Are your Cookies & website tracking technologies compliant?
Business has until 5th October to voluntarily remedy any identified issues of non-compliance. Failure to voluntarily remedy any identified issues of non-compliance by 5th October may result in further enforcement action by DPC.
View a recent webinar with representatives from the DPC exploring their recent report and guidance note. They also set out very clearly what they expect to be in place by the 5 October 2020 deadline in respect of Cookies and apps and similar technologies and their enforcement strategy. Following on from their presentation Colm MacCarvill, from Squarespace shared some practical insights and advice on what controllers need to have in place by 5 October to ensure they are compliant.
Members are advised to familiarise themselves with the guidance and to speak to their website provider for more information.
Key takeaways from the DPC's guidance include the following:
- The rules set out in the guidance are applicable not only to cookies but also to other tracking technologies, including local storage objects (LSOs) or ‘flash’ cookies, software development kits (SDKs), pixel trackers (or pixel gifs), ‘like’ buttons and social sharing tools, and device fingerprinting technologies.
- The general rule is that it is necessary to get consent in order to store or set cookies, regardless of whether the cookies or other tracking technologies actually contain personal data. The ePrivacy requirements apply when any information is stored on or accessed from the user's device. Additionally, where cookies contain identifiers that may be used to target a specific individual, or where information is derived from cookies and other tracking technologies that may be used to target or profile individuals, this constitute personal data and its processing is also subject to the rules set out in the GDPR.
- Reminder that the consent for the setting of cookies must be of the standard defined in the GDPR, Article 4(11), which requires that the ‘consent’ of the data subject be “freely given, specific, informed and unambiguous indication of the data subject’s wishes".
- There are two exemptions to the requirement to obtain consent:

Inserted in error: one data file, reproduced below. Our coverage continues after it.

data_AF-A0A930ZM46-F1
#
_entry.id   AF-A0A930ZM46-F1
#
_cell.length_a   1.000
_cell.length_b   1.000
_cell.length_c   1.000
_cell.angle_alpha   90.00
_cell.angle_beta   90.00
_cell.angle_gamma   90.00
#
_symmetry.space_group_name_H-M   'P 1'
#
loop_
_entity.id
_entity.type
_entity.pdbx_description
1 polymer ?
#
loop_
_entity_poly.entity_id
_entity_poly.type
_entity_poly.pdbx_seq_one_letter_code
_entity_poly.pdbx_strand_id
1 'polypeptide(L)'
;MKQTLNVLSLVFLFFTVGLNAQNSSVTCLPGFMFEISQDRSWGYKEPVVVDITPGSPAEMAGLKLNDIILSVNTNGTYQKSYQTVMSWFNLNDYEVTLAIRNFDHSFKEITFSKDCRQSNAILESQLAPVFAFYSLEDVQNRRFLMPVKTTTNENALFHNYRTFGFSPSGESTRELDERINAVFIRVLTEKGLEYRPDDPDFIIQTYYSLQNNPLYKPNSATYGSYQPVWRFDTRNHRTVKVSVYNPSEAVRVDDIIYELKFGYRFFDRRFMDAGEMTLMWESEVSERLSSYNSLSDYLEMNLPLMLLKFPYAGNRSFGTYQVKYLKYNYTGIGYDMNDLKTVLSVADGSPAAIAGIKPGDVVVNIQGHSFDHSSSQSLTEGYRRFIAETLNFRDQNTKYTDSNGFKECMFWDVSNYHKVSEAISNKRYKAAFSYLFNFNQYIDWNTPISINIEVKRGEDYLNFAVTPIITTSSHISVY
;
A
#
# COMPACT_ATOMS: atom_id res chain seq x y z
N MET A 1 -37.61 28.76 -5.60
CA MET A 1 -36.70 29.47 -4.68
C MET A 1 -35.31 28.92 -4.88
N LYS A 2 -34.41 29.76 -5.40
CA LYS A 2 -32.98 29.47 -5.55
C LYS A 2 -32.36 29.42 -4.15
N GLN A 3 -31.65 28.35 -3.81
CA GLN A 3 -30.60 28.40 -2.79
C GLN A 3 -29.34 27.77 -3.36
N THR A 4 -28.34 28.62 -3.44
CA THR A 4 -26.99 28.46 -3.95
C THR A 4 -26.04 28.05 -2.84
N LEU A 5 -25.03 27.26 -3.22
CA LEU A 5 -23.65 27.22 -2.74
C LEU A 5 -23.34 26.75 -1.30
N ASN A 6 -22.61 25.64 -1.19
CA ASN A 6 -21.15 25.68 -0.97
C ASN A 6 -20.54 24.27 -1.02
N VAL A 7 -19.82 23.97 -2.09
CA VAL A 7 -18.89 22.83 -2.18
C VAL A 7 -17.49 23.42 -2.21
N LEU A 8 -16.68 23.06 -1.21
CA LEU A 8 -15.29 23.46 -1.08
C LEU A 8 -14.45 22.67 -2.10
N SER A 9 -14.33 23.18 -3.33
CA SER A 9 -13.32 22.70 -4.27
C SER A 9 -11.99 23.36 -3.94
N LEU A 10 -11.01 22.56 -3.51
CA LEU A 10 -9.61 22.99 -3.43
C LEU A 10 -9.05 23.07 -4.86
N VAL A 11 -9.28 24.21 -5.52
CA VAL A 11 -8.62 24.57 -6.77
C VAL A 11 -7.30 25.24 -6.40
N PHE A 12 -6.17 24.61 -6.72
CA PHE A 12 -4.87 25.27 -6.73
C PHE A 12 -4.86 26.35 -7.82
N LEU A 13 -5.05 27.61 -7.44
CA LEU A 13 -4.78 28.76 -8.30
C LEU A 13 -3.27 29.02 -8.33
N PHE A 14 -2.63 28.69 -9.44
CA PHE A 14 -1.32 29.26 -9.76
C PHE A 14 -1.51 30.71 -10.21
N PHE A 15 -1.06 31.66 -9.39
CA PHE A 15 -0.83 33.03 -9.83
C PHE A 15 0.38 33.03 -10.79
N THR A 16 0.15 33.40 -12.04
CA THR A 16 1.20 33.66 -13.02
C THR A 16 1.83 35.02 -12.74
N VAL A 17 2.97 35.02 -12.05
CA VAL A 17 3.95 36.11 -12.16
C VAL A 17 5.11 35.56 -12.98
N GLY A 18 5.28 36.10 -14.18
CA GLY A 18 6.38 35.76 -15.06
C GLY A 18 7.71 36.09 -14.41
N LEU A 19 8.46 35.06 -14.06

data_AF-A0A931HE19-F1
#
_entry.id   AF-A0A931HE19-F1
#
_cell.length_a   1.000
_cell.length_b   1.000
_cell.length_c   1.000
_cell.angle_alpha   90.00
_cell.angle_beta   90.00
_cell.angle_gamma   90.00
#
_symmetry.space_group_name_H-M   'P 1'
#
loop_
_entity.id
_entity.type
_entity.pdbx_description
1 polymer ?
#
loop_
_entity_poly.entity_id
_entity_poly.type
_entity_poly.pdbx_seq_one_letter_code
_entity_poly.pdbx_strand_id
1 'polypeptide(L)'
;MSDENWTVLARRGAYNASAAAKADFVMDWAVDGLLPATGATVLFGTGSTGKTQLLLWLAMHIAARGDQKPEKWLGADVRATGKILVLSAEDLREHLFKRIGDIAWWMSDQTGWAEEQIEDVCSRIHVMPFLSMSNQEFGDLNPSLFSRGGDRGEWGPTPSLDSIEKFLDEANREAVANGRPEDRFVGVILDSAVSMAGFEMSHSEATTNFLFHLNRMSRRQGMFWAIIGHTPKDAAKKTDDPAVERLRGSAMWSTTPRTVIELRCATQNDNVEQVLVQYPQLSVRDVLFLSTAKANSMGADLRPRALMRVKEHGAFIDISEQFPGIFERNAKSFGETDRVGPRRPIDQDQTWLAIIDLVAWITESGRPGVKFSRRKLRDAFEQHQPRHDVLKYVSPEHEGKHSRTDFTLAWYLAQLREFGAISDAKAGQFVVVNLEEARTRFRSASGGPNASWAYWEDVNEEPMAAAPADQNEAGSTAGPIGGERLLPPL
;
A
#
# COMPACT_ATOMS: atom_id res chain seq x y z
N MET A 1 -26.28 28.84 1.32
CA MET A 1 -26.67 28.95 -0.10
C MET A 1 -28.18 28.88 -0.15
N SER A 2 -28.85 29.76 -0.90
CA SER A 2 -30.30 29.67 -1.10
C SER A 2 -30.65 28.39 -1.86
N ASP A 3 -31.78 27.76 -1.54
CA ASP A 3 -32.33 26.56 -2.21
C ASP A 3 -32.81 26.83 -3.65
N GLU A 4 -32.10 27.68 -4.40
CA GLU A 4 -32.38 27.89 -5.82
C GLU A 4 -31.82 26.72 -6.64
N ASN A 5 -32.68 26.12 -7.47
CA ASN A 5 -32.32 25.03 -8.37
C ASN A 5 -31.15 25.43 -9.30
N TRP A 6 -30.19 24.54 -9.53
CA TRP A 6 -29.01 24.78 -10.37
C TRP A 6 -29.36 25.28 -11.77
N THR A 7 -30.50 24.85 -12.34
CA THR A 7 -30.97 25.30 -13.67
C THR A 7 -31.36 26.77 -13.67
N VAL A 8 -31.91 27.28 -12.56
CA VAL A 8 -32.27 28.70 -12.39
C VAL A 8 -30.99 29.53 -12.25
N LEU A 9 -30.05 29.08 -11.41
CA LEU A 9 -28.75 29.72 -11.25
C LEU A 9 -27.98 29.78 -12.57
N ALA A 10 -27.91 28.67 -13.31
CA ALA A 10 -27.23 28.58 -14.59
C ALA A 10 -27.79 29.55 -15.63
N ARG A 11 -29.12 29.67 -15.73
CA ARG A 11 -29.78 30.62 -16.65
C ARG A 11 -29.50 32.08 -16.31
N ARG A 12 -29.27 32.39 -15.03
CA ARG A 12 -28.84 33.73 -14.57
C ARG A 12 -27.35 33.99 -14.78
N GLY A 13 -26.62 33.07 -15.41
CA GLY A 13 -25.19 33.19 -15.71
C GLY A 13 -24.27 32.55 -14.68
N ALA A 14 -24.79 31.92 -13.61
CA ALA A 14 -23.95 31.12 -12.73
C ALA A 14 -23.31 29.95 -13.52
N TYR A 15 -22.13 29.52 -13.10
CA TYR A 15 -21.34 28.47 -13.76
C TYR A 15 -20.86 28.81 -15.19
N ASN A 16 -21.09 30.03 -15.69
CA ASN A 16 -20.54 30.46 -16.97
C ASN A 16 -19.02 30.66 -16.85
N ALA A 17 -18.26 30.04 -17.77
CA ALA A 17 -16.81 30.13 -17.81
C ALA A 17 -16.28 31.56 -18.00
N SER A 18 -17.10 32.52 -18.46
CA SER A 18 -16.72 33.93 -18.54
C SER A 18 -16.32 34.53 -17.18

- the 'communications exemption': cookies whose sole purpose is for carrying out the transmission of a communication over a network, for example to identify the communication endpoints.
- The 'strictly necessary exemption': The exemption applies to an ‘information society service’ (i.e. a service delivered over the internet) explicitly requested by the user and the use of the cookie must be restricted to what is strictly necessary to provide that service.
- Analytics cookies require consent, however the guidance states that it is "unlikely that first-party analytics cookies would be considered a priority for enforcement action by the DPC".
- Wording in the cookie banner or notice which inform users that, by their continued use of the website – through either clicking, using or scrolling it - that their consent to set cookies is assumed, is not permissible. It is not possible to obtain consent by ‘implication’ to set cookies. Cookie banners that disappear when a user scrolls, without any further engagement by the user, are also not permissible.
- Pre-checked boxes and sliders do not comply with European law, as has been clarified in the Planet49 judgment issued in October 2019.
- Users of the website cannot be deemed to have consented simply because they are using a browser or other application which, by default, enables the collection and processing of their information.
- If cookies are used to track the location of a device or a user, this can only be done with the user’s consent.
- Accessibility should be taken into account in relation to the design of interfaces, for example colour schemes for cookie banners or sliders and checkboxes that blend into the overall background of a site may make a website harder to navigate, particularly for people with vision impairments or colour blindness.
- A website operator should consider its relationship with any third party whose assets deploy on the website. For example, where features such as ‘like’ buttons, plugins or widgets, pixel trackers or social media-sharing tools are deployed, the website operator should be aware of what data is being sent to third parties and that the website operator may be considered a controller in respect of any personal data collected and disclosed to those third parties. This position was set out by the Court of Justice of the European Union in the Fashion ID judgment case in July 2019.
- The lifespan of a cookie must be proportionate to its function. The DPC does not consider it proportionate to have a session cookie with a lifespan of ‘forever’, for example.
For further assistance on this and other GDPR issues please contact Emma Crowley, SFA Executive on 016051668 or email firstname.lastname@example.org.